But that’s where my main issue with Telmari lies: it can be TOO challenging. That isn’t always down to the level design either (although levels are designed to be punishing), with the game’s controls and mechanics often lacking the fluidity seen in similar titles in the genre. For example, you’re limited in the direction that you can shoot your arrows, meaning you have to be in a very specific position if you want to make one land in an area that you can reach – whilst this is intentional in design, it can be incredibly finicky when trying to do so when quickly running from an enemy or in the midst of a big jump. And sure, I’ll admit that this could be a skill issue at times, but there were so many times that the margin for error was SO small that it would take me forever to progress through an area. This was during the first world of the game too, so it’s not even as if I hit the more challenging later levels where I would expect a difficulty spike.

Maybe if it offered something like twin stick-style aiming with the bow, it would be more versatile to give players more precision in which to line up their shots. It wouldn’t be so bad if you were dealing with tricky aiming alone, but when you’ve also got enemies on your back, there’s a small window of opportunity to actually progress – it caused SO many deaths, and whilst I did eventually succeed through levels, it typically felt more frustrating than rewarding.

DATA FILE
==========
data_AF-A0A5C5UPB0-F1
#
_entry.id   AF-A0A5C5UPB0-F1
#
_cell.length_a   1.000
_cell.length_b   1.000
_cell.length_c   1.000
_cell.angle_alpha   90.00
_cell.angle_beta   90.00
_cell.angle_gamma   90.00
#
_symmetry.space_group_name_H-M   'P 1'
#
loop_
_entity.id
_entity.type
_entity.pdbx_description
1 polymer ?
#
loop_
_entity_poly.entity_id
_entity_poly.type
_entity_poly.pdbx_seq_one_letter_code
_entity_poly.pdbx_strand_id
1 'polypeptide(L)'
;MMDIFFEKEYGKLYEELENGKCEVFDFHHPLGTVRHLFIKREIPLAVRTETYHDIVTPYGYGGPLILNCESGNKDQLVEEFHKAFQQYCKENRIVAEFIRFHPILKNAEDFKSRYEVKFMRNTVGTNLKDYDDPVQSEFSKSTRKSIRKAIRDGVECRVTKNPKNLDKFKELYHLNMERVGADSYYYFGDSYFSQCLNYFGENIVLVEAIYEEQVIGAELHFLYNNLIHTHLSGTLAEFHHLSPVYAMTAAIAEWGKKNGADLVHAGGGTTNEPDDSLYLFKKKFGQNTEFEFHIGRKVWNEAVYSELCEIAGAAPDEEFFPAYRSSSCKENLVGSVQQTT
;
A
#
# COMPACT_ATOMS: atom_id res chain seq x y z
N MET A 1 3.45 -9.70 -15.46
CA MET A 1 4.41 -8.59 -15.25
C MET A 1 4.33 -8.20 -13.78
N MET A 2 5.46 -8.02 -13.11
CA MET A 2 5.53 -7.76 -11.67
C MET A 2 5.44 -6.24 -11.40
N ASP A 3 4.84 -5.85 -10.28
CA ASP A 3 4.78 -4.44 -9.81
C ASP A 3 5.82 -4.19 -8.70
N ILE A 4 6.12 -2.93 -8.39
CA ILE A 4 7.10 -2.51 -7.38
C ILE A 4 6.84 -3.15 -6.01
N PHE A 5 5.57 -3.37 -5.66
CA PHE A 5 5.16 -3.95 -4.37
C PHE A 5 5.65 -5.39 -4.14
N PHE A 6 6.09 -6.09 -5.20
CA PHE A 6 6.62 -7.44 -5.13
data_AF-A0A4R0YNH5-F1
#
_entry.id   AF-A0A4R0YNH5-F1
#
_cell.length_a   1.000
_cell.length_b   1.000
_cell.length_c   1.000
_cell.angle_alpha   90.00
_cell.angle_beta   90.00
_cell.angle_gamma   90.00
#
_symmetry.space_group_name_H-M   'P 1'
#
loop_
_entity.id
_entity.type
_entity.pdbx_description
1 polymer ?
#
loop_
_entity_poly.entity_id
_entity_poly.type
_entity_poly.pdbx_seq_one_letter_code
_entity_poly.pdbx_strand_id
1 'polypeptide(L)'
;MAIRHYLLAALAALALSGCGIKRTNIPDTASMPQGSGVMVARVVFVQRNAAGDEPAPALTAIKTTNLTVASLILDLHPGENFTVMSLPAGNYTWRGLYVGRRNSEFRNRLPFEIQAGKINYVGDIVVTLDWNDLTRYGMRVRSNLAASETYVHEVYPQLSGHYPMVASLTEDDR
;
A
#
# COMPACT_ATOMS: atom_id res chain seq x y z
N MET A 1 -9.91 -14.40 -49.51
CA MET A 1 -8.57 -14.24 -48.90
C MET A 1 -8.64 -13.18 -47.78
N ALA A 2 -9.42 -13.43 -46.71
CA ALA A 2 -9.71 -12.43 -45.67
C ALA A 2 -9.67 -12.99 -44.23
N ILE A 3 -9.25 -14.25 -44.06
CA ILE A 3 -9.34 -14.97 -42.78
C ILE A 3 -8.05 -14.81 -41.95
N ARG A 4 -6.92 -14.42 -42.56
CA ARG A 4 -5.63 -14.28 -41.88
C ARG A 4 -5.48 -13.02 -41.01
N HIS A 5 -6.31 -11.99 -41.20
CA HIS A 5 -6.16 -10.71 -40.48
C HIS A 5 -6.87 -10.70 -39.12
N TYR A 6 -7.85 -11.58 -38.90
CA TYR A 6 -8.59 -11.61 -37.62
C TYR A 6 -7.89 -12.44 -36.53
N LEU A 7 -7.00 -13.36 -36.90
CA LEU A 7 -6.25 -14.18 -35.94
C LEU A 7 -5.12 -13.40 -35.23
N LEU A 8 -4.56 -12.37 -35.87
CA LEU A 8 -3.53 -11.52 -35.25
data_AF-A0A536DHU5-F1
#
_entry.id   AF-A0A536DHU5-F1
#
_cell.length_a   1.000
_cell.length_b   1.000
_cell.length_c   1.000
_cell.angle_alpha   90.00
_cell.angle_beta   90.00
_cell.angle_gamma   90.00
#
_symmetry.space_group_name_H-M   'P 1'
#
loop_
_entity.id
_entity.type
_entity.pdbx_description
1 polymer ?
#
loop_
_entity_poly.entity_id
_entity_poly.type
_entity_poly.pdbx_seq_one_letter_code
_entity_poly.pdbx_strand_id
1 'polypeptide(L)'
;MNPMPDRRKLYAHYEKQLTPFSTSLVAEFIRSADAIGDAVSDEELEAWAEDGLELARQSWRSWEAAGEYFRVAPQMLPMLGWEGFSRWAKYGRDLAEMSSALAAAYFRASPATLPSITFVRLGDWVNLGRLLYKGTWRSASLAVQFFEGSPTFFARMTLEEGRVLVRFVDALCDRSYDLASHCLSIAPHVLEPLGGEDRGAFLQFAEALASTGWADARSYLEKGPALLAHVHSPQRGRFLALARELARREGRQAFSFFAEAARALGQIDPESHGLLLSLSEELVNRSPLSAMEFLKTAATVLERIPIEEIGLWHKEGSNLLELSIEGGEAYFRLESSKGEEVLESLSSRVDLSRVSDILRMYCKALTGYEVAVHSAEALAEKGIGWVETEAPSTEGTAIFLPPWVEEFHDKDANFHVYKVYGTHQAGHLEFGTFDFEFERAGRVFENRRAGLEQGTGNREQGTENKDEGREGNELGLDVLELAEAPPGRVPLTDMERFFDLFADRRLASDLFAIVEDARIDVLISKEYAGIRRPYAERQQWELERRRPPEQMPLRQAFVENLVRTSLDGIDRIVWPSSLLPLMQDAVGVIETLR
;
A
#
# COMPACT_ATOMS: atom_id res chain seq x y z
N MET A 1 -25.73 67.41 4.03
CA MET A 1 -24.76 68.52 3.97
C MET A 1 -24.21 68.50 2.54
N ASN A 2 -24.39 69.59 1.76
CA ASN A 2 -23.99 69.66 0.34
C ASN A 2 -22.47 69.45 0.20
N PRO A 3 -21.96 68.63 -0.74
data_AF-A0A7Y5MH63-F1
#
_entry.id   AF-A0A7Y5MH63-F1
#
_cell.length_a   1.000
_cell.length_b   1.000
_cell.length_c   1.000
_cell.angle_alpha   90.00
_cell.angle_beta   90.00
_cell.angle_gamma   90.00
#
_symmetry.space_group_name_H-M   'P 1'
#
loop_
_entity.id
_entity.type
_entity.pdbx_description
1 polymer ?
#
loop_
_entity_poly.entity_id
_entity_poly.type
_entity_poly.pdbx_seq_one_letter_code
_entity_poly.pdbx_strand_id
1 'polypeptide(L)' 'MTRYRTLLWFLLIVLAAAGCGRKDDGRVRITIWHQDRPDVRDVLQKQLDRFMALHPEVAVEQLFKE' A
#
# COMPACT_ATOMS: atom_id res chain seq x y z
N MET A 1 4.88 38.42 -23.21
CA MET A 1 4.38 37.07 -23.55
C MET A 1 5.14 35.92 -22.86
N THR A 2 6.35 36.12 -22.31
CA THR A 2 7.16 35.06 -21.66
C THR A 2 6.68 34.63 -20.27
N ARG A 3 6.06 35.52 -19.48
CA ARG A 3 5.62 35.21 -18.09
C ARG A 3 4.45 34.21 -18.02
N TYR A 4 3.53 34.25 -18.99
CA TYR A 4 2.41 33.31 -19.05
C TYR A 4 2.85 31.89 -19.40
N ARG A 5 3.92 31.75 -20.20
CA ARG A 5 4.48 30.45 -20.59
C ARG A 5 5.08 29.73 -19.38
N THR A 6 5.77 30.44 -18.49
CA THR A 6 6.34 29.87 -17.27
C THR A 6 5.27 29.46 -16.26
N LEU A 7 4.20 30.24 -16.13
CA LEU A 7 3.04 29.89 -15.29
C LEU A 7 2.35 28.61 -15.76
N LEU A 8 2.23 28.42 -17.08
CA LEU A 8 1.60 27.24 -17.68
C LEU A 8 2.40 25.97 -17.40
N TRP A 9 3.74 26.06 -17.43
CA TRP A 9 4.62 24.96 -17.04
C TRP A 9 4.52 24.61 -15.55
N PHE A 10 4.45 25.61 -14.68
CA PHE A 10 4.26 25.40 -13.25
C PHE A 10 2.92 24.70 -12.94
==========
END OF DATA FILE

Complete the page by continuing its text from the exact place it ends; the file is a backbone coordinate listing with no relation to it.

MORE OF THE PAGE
Check out some screenshots down below:

Of course, somebody else could play the game and love the high difficulty or manage to pull off their shots with perfection, so it could really be a ME thing. In honesty, though? I do think the game could’ve done with a bit more balancing just to make its challenge feel more rewarding. I’ll admit, I didn’t finish it before writing this review either, but I did get to the third world – at that point, I’d just accepted defeat. Those who do enjoy the challenge will be glad to see there are optional objectives in levels though, with players able to see their deaths in a level, time taken, and also able to race The Ancient One to get to the end of each level first. There’s also a leaderboard in place to compare level times with other players, but it didn’t seem to be working during my time with the game. It’s a shame, because I was interested to see if other players had as rough of a time with the difficulty as I did…

Telmari Review

Whilst I liked the concept of Telmari and it offers plenty of diversity across its level design and enemies, the challenging difficulty and lack of precision with the bow left me feeling more frustrated than anything when playing. I’ve admitted that this could also be a skill issue, but with so many levels causing frustration (as well as having plenty of experience and success in other precision-platformers), I also think that the game could’ve done with a bit more balancing to make its challenging levels feel more rewarding to complete.

I don’t want to be too harsh on Telmari because it has some neat ideas and it certainly manages to keep its level design feeling fresh, but it really wasn’t for me.

Developer: Phoenix Blasters
Publisher: Phoenix Blasters
Platform(s): PC (Reviewed)
Website: https://store.steampowered.com/app/2468110/Telmari/